Fun. It is the one word that perfectly sums up the Ather 450X. Electric mobility is still not a mainstream concept, but the 450X is as close as it can get. A few pages ago you might have read about my experience with all four electric SUVs currently on sale. And it’s safe to say that I was quite impressed with the useability. So, can a city scooter replicate that? It is my first experience using an electric scooter so I am basing a lot of it in comparison to its petrol-powered peers. The 450X is for the average commuter that will ride it mainly to work, and the usual city frolicking.
The first point of attraction apart from the fact that it is an EV, is the design. Yes, EVs are generally quirky-looking and shout their engineless characteristics via some blue accents or a funky color theme. But, with the 450X, it is all very elegant. Yes, it has plenty of sporty bits like the mono-suspension finished in yellow and the contrasting fluro-yellow stripes on the backed-out wheels, but step away and the discreet grey shade allows it to blend in quite comfortably. Still, for those who would like a bit more pop, there is also a very bold shade of green and a plain jane white.
What also gives the 450X a premium touch is the LED headlamp with LED DRLs, and a big 7-inch touchscreen that is the party piece. It has everything from navigation to real-time range and you can even answer calls and toggle through what music you are listening to. It is all quite intuitive. The display is clear and readable and also has a dark mode on offer. You can also toggle through the menu whilst wearing riding gloves which is a neat touch. The practicality is decent too with 22-litres of space under the seat that also houses the charging cable. Speaking of charging, the port for the charger is mounted neatly below the handle, and is easy to access too.
However, performance is where the 450X shines. We know how eager EVs are during acceleration and the 450X is no different. It shoots off as you twist the throttle (if you can call it that) and does so with just a faint whine coming from the motor. It has four driving modes between Eco, Ride, Sport and Warp. Eco and Ride are for those days when you are crawling to work in peak traffic, Sport for that time you need to make a quick errand and Warp is purely for when you want a big grin plastered across your face. Yes, it sounds like I’m talking about a Ferrari, but the way it gains speed is hysterical. Top speed is limited to 80kph, but in all fairness, it does not need more. Even its petrol-powered rivals max out around those speeds.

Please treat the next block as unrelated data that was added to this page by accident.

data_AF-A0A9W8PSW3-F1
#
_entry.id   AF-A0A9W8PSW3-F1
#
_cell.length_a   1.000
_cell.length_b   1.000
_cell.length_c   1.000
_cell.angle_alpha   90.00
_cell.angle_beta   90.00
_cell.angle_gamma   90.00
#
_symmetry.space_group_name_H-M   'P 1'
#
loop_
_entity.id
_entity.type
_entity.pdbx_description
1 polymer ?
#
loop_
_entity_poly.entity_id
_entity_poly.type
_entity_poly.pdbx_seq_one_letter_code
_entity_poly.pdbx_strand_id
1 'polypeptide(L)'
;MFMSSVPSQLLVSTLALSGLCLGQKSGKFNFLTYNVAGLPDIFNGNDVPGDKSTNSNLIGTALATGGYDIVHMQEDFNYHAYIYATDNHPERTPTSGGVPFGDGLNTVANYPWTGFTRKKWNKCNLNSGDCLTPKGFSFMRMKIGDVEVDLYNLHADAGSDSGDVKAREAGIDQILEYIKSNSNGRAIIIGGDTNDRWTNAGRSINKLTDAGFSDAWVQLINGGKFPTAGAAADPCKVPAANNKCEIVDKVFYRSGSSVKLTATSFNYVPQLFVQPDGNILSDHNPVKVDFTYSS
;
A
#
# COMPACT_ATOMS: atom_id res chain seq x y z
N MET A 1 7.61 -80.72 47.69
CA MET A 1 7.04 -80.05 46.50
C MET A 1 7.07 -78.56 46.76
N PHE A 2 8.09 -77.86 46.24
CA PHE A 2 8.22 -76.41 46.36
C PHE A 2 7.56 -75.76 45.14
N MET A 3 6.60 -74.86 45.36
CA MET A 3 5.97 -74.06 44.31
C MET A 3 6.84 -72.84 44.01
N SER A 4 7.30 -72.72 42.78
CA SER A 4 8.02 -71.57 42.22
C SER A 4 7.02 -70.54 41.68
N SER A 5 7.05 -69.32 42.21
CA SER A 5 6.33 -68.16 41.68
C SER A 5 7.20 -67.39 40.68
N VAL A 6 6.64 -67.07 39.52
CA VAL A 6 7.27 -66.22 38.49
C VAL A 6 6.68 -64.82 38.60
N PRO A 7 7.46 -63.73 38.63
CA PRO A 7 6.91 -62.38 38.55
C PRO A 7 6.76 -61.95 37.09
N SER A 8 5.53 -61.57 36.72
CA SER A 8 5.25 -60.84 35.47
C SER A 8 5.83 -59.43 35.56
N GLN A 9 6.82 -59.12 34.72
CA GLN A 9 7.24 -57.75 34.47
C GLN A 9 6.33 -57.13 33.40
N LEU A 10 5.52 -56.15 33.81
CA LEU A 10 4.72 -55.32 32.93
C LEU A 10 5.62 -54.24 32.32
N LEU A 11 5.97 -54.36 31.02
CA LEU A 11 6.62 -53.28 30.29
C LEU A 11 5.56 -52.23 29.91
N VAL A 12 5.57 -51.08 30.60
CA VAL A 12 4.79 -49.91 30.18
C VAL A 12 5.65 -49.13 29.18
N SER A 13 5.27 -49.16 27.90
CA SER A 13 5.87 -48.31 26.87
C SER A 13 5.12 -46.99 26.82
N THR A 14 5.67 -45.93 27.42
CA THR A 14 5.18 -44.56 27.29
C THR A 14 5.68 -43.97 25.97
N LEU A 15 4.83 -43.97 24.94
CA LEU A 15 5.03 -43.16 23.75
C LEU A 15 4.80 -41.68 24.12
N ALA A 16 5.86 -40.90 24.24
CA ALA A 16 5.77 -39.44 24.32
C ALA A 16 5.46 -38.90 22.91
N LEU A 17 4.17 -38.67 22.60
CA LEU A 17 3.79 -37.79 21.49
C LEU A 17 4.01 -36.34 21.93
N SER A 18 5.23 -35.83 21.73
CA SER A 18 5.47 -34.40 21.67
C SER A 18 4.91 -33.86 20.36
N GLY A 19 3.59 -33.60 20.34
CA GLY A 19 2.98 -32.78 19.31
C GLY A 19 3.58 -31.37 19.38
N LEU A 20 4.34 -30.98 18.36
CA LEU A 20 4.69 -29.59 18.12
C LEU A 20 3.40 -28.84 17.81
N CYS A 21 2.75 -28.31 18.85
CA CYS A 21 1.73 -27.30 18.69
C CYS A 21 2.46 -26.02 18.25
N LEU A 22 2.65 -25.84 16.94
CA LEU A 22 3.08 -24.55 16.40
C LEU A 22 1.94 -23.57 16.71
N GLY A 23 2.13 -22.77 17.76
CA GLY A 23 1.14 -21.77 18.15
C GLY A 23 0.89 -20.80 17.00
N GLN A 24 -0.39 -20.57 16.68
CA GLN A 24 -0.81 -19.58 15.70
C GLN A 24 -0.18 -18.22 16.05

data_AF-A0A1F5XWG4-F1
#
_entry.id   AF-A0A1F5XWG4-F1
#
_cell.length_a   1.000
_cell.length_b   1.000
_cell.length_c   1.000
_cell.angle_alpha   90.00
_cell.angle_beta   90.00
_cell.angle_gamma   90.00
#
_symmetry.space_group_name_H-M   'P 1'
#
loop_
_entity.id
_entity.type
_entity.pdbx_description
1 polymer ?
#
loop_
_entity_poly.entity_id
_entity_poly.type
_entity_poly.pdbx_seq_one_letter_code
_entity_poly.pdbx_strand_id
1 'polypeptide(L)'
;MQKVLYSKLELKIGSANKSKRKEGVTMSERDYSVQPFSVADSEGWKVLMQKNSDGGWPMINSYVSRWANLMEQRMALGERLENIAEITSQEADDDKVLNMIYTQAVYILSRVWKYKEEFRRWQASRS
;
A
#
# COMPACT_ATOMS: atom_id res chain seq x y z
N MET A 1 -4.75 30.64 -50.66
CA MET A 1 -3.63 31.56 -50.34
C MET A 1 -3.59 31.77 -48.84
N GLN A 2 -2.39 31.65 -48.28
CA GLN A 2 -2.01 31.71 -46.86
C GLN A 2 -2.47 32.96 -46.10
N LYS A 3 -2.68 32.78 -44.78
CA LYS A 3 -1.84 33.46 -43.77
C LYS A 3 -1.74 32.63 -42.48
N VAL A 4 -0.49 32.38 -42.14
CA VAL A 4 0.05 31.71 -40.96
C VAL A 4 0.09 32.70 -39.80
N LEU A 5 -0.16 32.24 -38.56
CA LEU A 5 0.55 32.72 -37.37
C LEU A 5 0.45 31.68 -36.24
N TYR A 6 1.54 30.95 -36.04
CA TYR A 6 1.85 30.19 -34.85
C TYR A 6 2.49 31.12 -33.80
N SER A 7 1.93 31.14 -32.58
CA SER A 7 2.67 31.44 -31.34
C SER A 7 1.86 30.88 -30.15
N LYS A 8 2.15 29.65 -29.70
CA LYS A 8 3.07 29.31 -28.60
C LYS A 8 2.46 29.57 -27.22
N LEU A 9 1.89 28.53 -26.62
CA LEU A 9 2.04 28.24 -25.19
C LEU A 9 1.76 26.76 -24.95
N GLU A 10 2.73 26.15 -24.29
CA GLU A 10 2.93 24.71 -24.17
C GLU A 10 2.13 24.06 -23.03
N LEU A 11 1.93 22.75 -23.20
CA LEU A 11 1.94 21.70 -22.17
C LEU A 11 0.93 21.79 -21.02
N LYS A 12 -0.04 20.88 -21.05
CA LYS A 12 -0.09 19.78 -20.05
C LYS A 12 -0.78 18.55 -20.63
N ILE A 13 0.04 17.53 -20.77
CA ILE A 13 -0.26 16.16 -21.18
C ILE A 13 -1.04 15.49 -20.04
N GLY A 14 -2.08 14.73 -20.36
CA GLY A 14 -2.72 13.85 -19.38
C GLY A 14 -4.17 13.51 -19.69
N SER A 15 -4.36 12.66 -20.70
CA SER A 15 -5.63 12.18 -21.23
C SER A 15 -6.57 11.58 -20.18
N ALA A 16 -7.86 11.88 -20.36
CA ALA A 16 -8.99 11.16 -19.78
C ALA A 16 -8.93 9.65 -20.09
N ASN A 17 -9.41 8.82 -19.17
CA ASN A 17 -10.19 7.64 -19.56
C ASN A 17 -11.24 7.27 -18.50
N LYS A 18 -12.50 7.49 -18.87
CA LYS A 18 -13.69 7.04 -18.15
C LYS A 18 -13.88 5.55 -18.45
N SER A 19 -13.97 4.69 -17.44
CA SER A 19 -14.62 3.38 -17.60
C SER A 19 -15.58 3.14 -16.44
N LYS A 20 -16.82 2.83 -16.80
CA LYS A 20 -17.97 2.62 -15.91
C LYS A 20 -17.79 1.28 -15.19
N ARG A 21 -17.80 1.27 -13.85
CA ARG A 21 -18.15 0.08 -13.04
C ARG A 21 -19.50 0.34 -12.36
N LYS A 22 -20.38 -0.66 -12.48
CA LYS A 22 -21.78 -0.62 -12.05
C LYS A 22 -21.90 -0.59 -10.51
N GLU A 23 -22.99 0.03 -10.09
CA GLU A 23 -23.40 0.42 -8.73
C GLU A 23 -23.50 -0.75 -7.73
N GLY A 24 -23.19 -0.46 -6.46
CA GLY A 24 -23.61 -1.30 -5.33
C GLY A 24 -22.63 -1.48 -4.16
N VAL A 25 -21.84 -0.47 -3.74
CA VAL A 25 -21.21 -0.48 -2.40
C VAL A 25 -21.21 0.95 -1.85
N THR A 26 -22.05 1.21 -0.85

But toggling through the modes also means toggling through how much range you can eke out of the 450X. In Eco mode, you get a healthy 85km range which is plenty for work and back trips. Also, it is only the initial surge that the Eco misses and once you gain speed, it is quite comfortable to ride. In Ride mode, you get 70km which again, is quite sufficient with a bit more response from the motor. Sport gets you 60km and this is a mode you can use if your daily commute is not too long. And lastly, the laughable Warp mode is good for a puny 50km, but it is likely to be the most fun 50km you can have on a scooter. What is another genius feature, is the reverse mode which helps you glide out easily.
Recharging the battery after you have gone through each mode is not painstakingly long either. A full charge takes just 5 hours 45 mins on the standard three-pin socket in your home. The handling too, thanks to the lightweight characteristics and a missing engine is excellent. It is chuckable and feels at home on our crowded and narrow streets. That mated to the Warp mode, means this is no simple, nerdy EV; it is proper fun. The suspension is also nice and soft and the 450X rides with ease over broken patches of roads. In fact, it is better than some petrol scooters as well. The contoured seat though might suit everyone’s body type as it takes a bit of adjusting. It isn’t like one of those big flat benches that you get on the Honda Activa or TVS Ntorq 125.
The 450X then is surprisingly close to its nature-harming rivals, but like all EVs, you have to pay the price. Sure you save on fuel and maintenance, but you still need to cough up Rs 1.59 lakh for the ‘X’. There is also a ‘Plus’ variant that is a bit detuned which costs Rs 1.39 lakh, which is still a significant amount more. That said, just like with the electric SUVs, the more I rode the Ather, the less I cared about range. Yes, an impromptu plan is still not entirely possible, but once Ather sets up its fast charging Grid network, that too will be a worry of the past. However, as things stand, if you have a set commute within the city, the 450X is worth serious consideration.